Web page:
MIAMI — As a cruise ship stranded at sea with dozens sick and four dead makes for Florida, passengers who have been confined to their rooms for more than a week are anxious for relief, hoping Gov. Ron DeSantis will change his mind and allow them to disembark despite confirmed coronavirus cases aboard.
Orlando technical writer Laura Gabaroni and her husband, Juan Huergo, have wanted to explore the southernmost tip of South America for years — to see the penguins on the Falkland Islands and the glacial landscapes of the Strait of Magellan. But their vacation turned harrowing as countries shunned them and people fell ill.
“It's been a trying time, especially because of the many ups and downs we've seen along the way,” Gabaroni said. “We are unable to leave our rooms, haven't had fresh air in days.”
Hundreds of passengers and crew members from the Zaandam have not stepped on dry land for 15 days as the novel coronavirus prompted authorities around the world to seal borders, implement checkpoints and force people into quarantines. Passengers were asked to keep their rooms dark and leave their drapes closed when they passed through the Panama Canal on Sunday night after days of wrangling with local authorities.
The Zaandam's plans to dock as early as Wednesday in Florida are still up in the air but have already been rebuked by local officials and DeSantis, who says health care resources are stretched too thin. The governor said he has been in contact with the Coast Guard and the White House about diverting the ship.
Broward County officials will meet Tuesday to decide whether to let the ship dock at its Port Everglades cruise ship terminal, where workers who greet passengers were among Florida's first confirmed coronavirus cases.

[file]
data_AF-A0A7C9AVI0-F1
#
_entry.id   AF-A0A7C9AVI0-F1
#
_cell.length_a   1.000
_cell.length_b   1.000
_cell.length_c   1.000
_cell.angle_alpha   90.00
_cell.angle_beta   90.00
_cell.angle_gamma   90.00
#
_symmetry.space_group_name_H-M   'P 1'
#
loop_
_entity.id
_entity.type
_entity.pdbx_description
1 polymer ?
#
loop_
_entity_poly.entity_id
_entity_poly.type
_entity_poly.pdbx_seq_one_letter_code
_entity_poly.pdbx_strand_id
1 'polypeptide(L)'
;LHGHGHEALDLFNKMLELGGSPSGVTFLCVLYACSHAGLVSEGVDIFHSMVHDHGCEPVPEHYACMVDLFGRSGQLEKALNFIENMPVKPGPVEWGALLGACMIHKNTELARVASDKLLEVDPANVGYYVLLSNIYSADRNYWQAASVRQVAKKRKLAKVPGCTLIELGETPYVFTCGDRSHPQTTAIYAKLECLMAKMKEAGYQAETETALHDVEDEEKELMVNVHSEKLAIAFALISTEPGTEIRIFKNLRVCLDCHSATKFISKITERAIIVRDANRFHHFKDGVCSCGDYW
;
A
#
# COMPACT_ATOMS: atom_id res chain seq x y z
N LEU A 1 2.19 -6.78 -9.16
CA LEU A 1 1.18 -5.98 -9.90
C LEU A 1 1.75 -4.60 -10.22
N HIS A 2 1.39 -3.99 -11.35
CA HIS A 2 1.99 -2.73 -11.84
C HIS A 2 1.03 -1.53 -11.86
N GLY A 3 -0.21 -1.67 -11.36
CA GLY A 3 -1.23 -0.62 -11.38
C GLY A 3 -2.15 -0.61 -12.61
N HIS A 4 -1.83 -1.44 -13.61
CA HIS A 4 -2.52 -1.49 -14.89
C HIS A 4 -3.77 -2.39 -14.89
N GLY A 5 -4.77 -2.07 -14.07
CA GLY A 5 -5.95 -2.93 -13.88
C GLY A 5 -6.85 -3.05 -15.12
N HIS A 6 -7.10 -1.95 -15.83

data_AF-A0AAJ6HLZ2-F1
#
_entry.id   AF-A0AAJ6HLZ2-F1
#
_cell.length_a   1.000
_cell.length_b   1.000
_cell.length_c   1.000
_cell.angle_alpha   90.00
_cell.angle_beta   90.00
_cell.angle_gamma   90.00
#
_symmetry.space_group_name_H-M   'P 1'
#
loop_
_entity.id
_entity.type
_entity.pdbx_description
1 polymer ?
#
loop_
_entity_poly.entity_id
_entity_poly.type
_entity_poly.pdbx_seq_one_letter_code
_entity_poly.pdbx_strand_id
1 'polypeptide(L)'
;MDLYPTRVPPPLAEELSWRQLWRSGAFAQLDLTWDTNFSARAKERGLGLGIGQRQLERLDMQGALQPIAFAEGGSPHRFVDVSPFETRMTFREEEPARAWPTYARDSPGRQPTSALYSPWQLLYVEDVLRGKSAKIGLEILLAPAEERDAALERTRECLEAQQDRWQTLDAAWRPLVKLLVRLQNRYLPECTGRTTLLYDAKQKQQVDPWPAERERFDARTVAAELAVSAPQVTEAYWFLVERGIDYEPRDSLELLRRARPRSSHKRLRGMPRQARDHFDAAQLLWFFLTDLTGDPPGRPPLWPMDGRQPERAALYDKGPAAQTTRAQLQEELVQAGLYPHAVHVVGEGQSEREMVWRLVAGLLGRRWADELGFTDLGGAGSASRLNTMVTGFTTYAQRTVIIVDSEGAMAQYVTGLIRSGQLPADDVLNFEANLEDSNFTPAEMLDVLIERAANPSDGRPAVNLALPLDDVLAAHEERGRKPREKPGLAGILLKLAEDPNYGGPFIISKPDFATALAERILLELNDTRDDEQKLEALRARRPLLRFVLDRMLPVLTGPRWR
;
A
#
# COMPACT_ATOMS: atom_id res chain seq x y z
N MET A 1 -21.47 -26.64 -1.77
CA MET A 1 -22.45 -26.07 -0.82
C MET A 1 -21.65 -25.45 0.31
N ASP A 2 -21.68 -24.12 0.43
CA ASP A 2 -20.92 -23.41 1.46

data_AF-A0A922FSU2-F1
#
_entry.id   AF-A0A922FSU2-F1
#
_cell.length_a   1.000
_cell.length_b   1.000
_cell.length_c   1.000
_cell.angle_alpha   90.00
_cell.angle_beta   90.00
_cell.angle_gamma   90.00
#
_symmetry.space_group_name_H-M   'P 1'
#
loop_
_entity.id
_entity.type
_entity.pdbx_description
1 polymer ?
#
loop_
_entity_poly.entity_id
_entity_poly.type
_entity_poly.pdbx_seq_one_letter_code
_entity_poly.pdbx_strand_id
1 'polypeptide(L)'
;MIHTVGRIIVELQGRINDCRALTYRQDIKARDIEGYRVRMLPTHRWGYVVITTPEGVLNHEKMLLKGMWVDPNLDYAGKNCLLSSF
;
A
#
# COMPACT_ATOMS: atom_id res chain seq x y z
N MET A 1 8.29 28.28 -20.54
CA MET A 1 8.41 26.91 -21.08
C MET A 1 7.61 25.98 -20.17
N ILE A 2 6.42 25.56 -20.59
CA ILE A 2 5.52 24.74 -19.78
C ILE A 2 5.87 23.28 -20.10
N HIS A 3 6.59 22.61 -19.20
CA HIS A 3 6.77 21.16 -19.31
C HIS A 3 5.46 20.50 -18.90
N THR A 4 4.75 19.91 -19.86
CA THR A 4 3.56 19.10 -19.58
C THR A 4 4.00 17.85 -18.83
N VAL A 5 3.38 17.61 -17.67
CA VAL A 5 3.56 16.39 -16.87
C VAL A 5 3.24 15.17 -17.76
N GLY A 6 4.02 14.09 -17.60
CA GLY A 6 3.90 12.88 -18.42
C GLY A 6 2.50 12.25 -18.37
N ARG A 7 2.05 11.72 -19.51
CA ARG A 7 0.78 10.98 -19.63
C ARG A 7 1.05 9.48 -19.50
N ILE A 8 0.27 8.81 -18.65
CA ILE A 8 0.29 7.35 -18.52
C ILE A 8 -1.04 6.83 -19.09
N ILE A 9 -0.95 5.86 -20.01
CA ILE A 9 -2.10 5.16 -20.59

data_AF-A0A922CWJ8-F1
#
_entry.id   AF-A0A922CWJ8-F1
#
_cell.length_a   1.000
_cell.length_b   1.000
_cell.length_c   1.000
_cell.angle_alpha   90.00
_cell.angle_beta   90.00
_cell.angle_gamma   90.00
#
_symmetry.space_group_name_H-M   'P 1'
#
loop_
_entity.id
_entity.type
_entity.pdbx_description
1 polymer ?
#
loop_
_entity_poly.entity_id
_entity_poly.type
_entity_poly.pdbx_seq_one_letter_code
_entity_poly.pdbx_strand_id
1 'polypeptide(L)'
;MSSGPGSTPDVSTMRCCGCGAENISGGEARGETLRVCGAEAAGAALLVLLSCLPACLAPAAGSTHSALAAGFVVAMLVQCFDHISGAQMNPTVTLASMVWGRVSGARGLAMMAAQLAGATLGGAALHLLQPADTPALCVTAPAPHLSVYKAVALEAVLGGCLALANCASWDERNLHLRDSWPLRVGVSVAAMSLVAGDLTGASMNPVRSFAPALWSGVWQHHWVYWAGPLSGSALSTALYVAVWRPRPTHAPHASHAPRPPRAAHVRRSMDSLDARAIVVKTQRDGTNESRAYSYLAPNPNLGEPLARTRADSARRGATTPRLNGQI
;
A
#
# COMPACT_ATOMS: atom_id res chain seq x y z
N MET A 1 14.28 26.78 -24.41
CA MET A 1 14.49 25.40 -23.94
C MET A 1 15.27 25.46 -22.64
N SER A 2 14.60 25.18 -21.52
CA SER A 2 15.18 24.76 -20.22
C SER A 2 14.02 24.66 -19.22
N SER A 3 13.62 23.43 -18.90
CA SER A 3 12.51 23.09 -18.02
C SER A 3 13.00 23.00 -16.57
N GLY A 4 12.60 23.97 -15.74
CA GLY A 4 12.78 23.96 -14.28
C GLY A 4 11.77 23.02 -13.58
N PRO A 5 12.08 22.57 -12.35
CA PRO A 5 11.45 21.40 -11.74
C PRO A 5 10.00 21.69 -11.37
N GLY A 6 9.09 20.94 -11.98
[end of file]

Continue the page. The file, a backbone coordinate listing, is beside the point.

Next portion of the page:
Dozens on board the Holland America Line ship have reported flu-like symptoms and four people have died, with at least two of the deaths blamed on the coronavirus by Panamanian authorities. The company said eight others have tested positive for COVID-19 but 2,300 passengers and crew members are in good health.
Gabaroni and hundreds of others who were fever free and not showing any symptoms were transferred to a sister ship, the Rotterdam, sent last week with supplies and staff to replenish the stranded boat.
The Zaandam was originally scheduled to travel on March 7 from Buenos Aires to San Antonio, Chile, and then depart on March 21 for a 20-day cruise to arrive in Fort Lauderdale in early April. But beginning March 15, the Zandaam was denied entry by South American ports, even before passengers reported their first flu-like symptoms on March 22. The ship approached the coast of Panama last week and negotiated permission to cross the famous canal to the Atlantic Ocean on its way to Florida.
Canal administrator Ricaurte Vásquez said the country is not allowing any vessels with positive coronavirus cases through but made an exception for the ships.
"That case (the Zaandam) was simply for humanitarian reasons,” Vásquez said.
Passenger Emily Spindler Brazell, of Tappahannock, Virginia, said the company has been accommodating, offering passengers extravagant meals, wine and unlimited phone calls. At the same time, it has been clear they have to stay in their rooms and not have any contact with crew members.
“The captain said something like, ‘This is not a trip anymore. This is not a cruise. This is a humanitarian mission,’" said Brazell, who was transferred to the Rotterdam on Saturday.
The Rotterdam now has nearly 800 guests and more than 600 crew members. Holland America said 450 guests and 602 crew members are left on the Zaandam, with more than 190 reported influenza-like illness symptoms. More than 300 U.S. citizens are on both ships combined.
Holland America President Orlando Ashford penned an opinion column in the South Florida Sun Sentinel to plead with officials and residents to let the passengers disembark.
“Already four guests have passed away and I fear other lives are at risk,” Ashford wrote. “The COVID-19 situation is one of the most urgent tests of our common humanity. To slam the door in the face of these people betrays our deepest human values.”
Passenger Gabaroni, 48, says she hopes her elected officials do the right thing. Gabaroni wrote a letter to DeSantis imploring him to let the two ships dock in Florida.
“Florida continues to receive flights from New York, and it allowed spring break gatherings to go on as planned. Why turn their backs on us?" Gabaroni said.
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